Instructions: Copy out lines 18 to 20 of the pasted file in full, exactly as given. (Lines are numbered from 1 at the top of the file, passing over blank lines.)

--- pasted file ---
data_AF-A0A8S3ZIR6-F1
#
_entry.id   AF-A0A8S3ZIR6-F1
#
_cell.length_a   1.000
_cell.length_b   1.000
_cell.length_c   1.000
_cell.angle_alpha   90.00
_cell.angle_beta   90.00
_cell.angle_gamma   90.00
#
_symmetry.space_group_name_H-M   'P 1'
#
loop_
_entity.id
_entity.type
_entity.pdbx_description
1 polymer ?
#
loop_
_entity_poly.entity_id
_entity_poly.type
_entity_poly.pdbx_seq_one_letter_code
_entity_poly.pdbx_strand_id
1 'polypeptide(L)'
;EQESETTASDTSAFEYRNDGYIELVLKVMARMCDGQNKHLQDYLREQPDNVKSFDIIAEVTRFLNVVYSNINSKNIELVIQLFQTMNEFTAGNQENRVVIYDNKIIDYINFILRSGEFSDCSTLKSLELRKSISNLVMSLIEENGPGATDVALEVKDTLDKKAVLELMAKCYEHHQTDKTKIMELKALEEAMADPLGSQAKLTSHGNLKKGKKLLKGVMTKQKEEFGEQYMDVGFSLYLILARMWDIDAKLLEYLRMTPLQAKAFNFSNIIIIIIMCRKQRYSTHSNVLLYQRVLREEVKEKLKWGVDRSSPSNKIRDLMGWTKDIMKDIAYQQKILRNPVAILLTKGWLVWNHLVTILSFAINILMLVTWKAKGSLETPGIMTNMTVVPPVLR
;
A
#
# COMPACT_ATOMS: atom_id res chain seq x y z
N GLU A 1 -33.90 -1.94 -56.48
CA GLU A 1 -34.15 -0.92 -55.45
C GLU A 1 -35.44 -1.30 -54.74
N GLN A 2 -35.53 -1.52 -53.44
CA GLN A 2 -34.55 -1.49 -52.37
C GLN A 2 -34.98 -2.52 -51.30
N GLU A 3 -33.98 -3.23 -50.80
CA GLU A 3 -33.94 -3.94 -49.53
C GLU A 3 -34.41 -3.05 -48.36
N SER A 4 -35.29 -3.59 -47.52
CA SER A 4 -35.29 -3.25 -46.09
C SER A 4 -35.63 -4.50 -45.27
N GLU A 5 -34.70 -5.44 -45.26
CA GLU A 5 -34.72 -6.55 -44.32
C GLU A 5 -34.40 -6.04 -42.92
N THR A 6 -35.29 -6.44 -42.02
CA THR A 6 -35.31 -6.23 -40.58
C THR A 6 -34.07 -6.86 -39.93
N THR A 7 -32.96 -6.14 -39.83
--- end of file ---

1 polymer ?
#
loop_